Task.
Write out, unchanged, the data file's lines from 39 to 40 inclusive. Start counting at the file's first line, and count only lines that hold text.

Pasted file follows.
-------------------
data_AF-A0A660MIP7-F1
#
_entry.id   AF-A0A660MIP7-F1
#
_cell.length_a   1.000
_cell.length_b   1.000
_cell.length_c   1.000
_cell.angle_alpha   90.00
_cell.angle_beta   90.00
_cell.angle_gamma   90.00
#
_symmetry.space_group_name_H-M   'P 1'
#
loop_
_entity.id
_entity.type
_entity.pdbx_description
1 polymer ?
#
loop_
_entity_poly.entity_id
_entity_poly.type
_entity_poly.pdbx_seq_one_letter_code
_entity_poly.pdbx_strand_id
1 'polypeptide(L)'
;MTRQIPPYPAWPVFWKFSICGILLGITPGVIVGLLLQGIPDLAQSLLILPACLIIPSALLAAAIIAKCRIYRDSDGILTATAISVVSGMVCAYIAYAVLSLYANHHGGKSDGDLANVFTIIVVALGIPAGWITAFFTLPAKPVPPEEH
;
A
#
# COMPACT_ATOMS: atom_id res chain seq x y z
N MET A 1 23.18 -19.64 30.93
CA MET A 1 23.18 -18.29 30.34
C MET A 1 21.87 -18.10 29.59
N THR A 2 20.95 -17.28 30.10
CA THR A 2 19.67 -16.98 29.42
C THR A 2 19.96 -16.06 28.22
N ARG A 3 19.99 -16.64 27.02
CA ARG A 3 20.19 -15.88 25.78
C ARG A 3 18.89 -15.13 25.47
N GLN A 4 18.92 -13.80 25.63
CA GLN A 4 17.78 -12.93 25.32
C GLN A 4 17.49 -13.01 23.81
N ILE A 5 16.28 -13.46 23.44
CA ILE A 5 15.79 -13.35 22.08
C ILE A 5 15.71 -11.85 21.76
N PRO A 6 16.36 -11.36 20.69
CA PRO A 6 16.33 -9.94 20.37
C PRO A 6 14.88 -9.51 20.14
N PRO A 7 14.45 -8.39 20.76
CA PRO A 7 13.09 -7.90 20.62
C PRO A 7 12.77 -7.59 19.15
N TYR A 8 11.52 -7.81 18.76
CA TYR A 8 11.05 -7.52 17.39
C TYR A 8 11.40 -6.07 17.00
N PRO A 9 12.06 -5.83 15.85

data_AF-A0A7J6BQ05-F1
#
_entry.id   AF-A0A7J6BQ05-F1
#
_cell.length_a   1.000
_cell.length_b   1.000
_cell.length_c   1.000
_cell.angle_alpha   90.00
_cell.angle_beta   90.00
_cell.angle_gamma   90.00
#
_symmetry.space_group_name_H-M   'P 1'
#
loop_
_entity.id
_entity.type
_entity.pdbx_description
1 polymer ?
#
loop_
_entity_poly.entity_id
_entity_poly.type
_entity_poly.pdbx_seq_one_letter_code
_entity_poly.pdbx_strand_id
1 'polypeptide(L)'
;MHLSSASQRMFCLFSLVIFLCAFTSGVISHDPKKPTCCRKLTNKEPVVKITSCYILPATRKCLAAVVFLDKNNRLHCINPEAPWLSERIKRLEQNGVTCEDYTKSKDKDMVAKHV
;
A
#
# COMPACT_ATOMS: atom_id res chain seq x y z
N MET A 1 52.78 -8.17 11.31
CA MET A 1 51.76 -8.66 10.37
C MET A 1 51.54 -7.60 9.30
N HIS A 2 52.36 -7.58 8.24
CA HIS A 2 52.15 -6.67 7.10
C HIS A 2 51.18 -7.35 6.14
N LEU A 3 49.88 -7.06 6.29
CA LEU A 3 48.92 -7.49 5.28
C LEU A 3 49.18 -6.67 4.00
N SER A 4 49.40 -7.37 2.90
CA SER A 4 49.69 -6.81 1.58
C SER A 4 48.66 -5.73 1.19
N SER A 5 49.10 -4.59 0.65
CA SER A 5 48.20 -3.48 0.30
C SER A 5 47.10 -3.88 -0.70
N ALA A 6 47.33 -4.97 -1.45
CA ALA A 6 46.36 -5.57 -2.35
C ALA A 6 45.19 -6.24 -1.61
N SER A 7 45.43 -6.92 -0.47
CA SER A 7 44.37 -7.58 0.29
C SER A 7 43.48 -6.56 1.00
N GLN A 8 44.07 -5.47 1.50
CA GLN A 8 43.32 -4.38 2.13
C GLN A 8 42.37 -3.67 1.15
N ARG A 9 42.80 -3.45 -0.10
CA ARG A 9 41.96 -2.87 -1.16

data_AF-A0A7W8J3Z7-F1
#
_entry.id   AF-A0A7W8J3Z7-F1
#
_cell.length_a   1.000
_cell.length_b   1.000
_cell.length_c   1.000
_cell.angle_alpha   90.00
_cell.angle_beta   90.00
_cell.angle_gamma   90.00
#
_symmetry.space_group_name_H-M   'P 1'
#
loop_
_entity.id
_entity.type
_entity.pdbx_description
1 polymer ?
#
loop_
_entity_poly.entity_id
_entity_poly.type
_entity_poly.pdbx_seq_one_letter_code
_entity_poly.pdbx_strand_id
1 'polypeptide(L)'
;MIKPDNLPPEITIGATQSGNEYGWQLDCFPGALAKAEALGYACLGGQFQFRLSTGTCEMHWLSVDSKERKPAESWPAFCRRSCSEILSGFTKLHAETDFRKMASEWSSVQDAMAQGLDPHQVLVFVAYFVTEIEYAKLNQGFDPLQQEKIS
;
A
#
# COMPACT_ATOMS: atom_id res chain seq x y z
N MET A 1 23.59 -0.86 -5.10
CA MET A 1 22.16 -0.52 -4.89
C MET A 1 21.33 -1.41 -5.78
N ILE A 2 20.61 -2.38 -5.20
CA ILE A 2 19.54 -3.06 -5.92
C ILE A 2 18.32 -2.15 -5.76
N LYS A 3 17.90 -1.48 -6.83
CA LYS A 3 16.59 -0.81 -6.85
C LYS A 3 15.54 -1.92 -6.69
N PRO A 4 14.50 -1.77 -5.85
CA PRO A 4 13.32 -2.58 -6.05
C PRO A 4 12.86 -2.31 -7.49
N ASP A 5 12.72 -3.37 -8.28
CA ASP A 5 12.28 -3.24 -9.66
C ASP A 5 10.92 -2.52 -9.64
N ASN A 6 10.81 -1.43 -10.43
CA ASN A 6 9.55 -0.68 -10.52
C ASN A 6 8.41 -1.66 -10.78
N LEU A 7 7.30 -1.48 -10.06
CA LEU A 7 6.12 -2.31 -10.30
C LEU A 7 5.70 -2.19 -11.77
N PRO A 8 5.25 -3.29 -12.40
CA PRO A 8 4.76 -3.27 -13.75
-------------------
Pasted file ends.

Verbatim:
C ARG A 3 18.89 -15.13 25.47
N GLN A 4 18.92 -13.80 25.63